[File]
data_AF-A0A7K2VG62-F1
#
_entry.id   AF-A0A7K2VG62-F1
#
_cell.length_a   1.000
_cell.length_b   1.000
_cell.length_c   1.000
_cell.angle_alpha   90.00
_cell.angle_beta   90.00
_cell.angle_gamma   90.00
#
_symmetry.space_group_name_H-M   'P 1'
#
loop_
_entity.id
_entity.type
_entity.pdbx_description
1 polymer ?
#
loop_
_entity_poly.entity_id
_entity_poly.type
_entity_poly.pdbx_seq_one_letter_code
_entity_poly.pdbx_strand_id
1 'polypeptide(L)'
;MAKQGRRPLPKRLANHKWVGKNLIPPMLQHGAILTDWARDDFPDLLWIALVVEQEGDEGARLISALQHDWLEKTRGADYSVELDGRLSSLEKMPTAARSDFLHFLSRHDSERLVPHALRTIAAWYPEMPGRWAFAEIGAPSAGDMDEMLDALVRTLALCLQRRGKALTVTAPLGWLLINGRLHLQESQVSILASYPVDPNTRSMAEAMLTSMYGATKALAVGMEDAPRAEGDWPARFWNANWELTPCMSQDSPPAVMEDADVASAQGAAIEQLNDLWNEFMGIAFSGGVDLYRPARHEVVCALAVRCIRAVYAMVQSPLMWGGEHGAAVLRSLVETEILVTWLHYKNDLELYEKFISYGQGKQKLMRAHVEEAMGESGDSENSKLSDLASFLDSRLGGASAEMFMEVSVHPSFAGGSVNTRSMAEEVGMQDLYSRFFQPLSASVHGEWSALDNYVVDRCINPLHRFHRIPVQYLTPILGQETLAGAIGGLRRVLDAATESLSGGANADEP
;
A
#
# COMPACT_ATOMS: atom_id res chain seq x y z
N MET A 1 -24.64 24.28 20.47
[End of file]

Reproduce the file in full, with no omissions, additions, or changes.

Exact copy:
data_AF-A0A7K2VG62-F1
#
_entry.id   AF-A0A7K2VG62-F1
#
_cell.length_a   1.000
_cell.length_b   1.000
_cell.length_c   1.000
_cell.angle_alpha   90.00
_cell.angle_beta   90.00
_cell.angle_gamma   90.00
#
_symmetry.space_group_name_H-M   'P 1'
#
loop_
_entity.id
_entity.type
_entity.pdbx_description
1 polymer ?
#
loop_
_entity_poly.entity_id
_entity_poly.type
_entity_poly.pdbx_seq_one_letter_code
_entity_poly.pdbx_strand_id
1 'polypeptide(L)'
;MAKQGRRPLPKRLANHKWVGKNLIPPMLQHGAILTDWARDDFPDLLWIALVVEQEGDEGARLISALQHDWLEKTRGADYSVELDGRLSSLEKMPTAARSDFLHFLSRHDSERLVPHALRTIAAWYPEMPGRWAFAEIGAPSAGDMDEMLDALVRTLALCLQRRGKALTVTAPLGWLLINGRLHLQESQVSILASYPVDPNTRSMAEAMLTSMYGATKALAVGMEDAPRAEGDWPARFWNANWELTPCMSQDSPPAVMEDADVASAQGAAIEQLNDLWNEFMGIAFSGGVDLYRPARHEVVCALAVRCIRAVYAMVQSPLMWGGEHGAAVLRSLVETEILVTWLHYKNDLELYEKFISYGQGKQKLMRAHVEEAMGESGDSENSKLSDLASFLDSRLGGASAEMFMEVSVHPSFAGGSVNTRSMAEEVGMQDLYSRFFQPLSASVHGEWSALDNYVVDRCINPLHRFHRIPVQYLTPILGQETLAGAIGGLRRVLDAATESLSGGANADEP
;
A
#
# COMPACT_ATOMS: atom_id res chain seq x y z
N MET A 1 -24.64 24.28 20.47